Montessori’s thoughts on child sleep
Let’s talk about sleep. Having 3 children ages 4 and under; all early risers and one that still nurses at night, I am suffering a serious lack of it! I imagine many of you are, as well. It’s part of parenthood; possibly the least pleasant part. We are adults, though. We are aware of the negative effects of exhaustion on our health…we know this comes with the territory. This is the season of our lives and we accept it as such.
But what about our children? Dr. Montessori had some thoughts on children’s sleep habits. She fantasized that a child should sleep when they want and wake when they please. (Hold your laughter, please.) Here is where I part with the good doctor.
During the time she wrote these musings, parents were still being told by physicians to keep babies on a strict schedule, and to not spoil their children with too much affection.
My own grandmother told me that as a baby, she was picked up and held by the clock, fed by the clock, and put back in her cot by the clock.
It is very likely Dr. Montessori was raging against this particular machine. And she was right to fight it! I’m pro-schedule/routine, but this was extreme, in my opinion.
But, much time has passed since then and, although some parents do still adhere to schedules for their little ones, they are loose schedules; more like routines. Many of these schedules/routines are based on the cues of the child and the needs of the child.
Adequate sleep is a need.
How much sleep do kids need?
Much research has been done since Dr. Montessori’s words were printed. We know a lot more about the sleep needs of children than was known in her time. Something that we know for certain is that Dr. Montessori did not research child sleep habits, nor did she observe and record the consequence of a well rested child versus a child lacking in sufficient sleep.
Here is a current table of the sleep needs of children:
So, as magical as it sounds to allow a young child to self regulate their sleep, most cannot. And it isn’t healthy, for most children anyhow.
Sleep training and Montessori
There is much propaganda regarding the cortisol levels of children during sleep training, but elevated cortisol levels are only harmful over an extended period of time, such as with chronic sleep deprivation, extended maternal separation, and physical and emotional neglect.
Sleep training typically involves a few new nights of protesting at bedtime, then years of easy bedtimes and restful sleep. Many parents continue nursing their babies when they wake hungry; needs are not ignored. There is absolutely no evidence that cortisol levels remain elevated beyond the short period of sleep learning.
I have seen social media posts and even a heavily opinionated article in Psychology Today (It’s not a respected medical journal. It’s basically the Us Weekly of the medical community.) stating the opposite, but science is on my side on this one.
Also, something you should understand about the hormone, cortisol, is that it is a hormone associated with learning. Your child’s cortisol levels will elevate when they are learning to grab objects with their hands, when they are learning to crawl, walk, talk, ECT. Cortisol, in and of itself, is not a bad hormone, in moderation!
I respect Maria Montessori’s evidence-based findings. However, her conclusion on child sleep was not evidence-based, but rather an idealistic statement. Montessori was a pioneer in the field of early childhood education, but her lack of qualifications in child rearing and child sleep, cause me to disregard her statements about child sleep. She had no training in either of these things.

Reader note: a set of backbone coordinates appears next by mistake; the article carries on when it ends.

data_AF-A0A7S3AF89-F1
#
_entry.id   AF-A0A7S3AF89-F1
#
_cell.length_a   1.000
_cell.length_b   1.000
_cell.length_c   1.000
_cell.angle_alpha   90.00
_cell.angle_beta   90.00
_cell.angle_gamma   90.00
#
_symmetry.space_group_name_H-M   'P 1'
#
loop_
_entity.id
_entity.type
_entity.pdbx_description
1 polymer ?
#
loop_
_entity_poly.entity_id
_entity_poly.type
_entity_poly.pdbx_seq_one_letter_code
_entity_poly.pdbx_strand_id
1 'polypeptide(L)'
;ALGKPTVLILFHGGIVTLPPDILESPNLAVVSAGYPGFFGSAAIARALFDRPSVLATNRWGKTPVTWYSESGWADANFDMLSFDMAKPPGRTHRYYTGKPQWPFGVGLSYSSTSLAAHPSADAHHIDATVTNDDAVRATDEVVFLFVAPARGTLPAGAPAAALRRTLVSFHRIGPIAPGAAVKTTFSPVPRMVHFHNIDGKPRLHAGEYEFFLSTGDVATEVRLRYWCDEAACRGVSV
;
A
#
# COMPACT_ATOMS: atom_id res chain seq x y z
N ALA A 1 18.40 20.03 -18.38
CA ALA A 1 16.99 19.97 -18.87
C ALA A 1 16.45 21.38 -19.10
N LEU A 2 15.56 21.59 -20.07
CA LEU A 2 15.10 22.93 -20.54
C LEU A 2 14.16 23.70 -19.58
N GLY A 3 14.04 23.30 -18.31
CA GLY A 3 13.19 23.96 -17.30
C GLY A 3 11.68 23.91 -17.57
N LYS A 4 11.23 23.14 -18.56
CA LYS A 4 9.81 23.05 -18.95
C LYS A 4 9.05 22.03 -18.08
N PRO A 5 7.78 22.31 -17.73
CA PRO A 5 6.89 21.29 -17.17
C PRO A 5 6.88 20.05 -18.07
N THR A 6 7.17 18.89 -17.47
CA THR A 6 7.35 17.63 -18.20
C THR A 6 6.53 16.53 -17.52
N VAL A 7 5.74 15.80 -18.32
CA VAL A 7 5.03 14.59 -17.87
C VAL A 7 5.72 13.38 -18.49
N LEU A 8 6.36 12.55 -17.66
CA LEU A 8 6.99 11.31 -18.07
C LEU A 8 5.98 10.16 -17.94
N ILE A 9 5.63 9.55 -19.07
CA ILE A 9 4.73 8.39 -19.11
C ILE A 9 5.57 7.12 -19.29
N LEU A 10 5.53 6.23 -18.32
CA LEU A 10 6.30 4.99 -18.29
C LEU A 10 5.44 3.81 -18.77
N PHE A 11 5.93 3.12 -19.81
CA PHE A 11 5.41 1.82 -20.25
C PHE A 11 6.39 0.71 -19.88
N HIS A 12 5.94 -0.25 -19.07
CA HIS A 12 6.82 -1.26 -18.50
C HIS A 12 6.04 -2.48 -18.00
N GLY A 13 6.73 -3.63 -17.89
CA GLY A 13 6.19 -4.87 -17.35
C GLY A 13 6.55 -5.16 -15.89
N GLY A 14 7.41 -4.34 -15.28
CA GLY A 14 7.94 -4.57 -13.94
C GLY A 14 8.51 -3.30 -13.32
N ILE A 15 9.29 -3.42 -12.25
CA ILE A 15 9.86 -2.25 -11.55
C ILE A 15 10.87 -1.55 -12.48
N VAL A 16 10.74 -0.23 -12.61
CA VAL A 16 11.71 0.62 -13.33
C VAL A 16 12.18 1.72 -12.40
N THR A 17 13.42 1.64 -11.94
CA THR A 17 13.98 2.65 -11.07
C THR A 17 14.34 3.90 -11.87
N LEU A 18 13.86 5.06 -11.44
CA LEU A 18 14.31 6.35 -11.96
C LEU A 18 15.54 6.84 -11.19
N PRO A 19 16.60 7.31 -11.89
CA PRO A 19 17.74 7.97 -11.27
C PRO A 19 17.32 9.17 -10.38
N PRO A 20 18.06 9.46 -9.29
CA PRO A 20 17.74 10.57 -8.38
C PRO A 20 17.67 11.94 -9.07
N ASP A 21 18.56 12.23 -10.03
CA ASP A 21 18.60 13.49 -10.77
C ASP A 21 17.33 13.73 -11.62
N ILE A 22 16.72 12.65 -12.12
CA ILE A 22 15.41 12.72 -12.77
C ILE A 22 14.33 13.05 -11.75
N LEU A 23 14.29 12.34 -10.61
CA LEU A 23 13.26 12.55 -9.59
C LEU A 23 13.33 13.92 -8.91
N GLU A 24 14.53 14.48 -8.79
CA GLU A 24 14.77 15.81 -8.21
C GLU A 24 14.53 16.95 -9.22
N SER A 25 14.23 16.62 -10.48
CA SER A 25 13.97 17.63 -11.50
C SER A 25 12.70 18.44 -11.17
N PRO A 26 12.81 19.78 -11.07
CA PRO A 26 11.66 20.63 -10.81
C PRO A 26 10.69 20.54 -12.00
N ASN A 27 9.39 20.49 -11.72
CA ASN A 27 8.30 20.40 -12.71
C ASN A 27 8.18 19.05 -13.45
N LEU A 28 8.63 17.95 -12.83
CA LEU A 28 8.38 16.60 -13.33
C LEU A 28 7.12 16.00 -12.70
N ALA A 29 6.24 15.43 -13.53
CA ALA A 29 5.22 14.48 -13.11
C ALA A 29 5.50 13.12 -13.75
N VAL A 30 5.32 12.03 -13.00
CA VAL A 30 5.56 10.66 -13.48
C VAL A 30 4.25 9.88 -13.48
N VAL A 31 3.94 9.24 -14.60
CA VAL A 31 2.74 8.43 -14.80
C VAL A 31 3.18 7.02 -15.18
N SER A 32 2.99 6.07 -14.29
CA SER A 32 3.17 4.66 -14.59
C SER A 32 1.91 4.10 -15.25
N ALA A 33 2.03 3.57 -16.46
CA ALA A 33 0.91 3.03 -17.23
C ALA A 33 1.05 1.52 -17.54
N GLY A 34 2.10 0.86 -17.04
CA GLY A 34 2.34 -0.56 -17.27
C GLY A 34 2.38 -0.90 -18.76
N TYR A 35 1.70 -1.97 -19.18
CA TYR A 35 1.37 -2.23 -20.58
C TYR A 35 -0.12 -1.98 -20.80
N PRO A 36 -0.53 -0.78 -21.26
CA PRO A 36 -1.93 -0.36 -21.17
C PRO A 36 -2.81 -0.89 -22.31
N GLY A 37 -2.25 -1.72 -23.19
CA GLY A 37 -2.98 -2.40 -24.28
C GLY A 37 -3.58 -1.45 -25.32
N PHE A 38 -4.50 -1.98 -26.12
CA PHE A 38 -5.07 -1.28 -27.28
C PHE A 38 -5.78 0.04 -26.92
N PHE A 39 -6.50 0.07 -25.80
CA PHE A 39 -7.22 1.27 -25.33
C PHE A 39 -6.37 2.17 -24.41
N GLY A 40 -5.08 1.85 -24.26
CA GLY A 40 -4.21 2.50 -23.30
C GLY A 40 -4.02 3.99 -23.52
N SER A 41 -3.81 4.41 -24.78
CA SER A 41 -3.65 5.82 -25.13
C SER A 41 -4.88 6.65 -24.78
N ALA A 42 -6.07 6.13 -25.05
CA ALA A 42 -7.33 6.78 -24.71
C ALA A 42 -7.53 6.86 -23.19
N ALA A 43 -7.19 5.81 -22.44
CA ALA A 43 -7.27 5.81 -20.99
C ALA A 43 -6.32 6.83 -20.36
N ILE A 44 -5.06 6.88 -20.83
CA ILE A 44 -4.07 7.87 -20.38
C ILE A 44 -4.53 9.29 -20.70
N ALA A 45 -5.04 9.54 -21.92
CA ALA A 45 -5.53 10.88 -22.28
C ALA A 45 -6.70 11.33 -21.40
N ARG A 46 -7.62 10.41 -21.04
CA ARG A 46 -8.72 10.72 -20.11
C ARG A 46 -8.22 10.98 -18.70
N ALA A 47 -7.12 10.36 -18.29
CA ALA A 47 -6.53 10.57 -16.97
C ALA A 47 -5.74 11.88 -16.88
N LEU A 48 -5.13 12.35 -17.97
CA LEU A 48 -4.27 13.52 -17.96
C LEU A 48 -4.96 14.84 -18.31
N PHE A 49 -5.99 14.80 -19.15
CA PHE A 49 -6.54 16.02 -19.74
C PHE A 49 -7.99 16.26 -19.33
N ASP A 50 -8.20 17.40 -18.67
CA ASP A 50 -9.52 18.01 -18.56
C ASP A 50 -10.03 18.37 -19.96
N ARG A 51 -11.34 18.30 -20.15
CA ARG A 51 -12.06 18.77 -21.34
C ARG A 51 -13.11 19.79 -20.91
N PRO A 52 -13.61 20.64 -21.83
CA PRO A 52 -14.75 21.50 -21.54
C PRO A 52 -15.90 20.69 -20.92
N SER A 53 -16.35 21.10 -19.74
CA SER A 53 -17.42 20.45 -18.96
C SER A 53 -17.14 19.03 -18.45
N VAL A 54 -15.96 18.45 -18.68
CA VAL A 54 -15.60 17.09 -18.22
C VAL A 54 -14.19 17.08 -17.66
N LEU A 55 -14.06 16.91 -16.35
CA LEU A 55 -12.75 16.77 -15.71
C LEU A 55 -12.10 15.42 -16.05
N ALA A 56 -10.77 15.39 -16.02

In fact, Dr. Montessori bore a son and did not parent him until his teenage years. While, I understand her predicament at the time, I wonder if caring for her son from the beginning of his life into adulthood would have shaped her views differently.
What are the effects of sleep deprivation?
I am a Montessori enthusiast, but I am a scientist, as well. Here is a little food for thought, for those of you that value science over idealism:
- Lack of sufficient sleep is linked to cognitive and behavioral issues.
- Sleep that occurs early in the night tends to be more restorative.
- Sleep schedules are healthy.
- “Crying it out” causes no damage to your child.
This is where we have to consider if being “Montessori” is more important than doing what is best for our children.
“Sleep training” has gotten a bad rap in certain parenting circles, but the long term effects of inadequate sleep may override the short term stress of sleep training in most cases. I have noticed a trend in certain circles of behavior issues occuring with children that set their own sleep schedules. I can’t help but wonder if sufficient sleep on a predictable schedule would help these children!
Following the child at bedtime
We are all different, though, as are our children.
If co-sleeping works for you and you and babe are getting adequate sleep, then keep doing it! If safe bed sharing is working out, do that! If sleeping separately is how everyone gets the best sleep, then do it that way!
Independent sleep without sleep training
Sleep training isn’t the only way to promote independent sleep, though, if independent sleep is the route you are looking to go.
I mentioned my 3 children earlier. One was “sleep trained” and is now a fantastic independent sleeper, the 2nd did not do any sleep learning and he has been an independent sleeper since about 2 months old, and my 3rd child sleeps in the room with me; part of the night in his cot and part of the night in my bed…3 different children, 3 different methods; all based on their needs!
That is following the child, not following a certain dogma.
I know this is a contraversial topic and I would love to hear from you on this! How do you follow your child when it comes to bedtime?
Looking forward to hearing from you!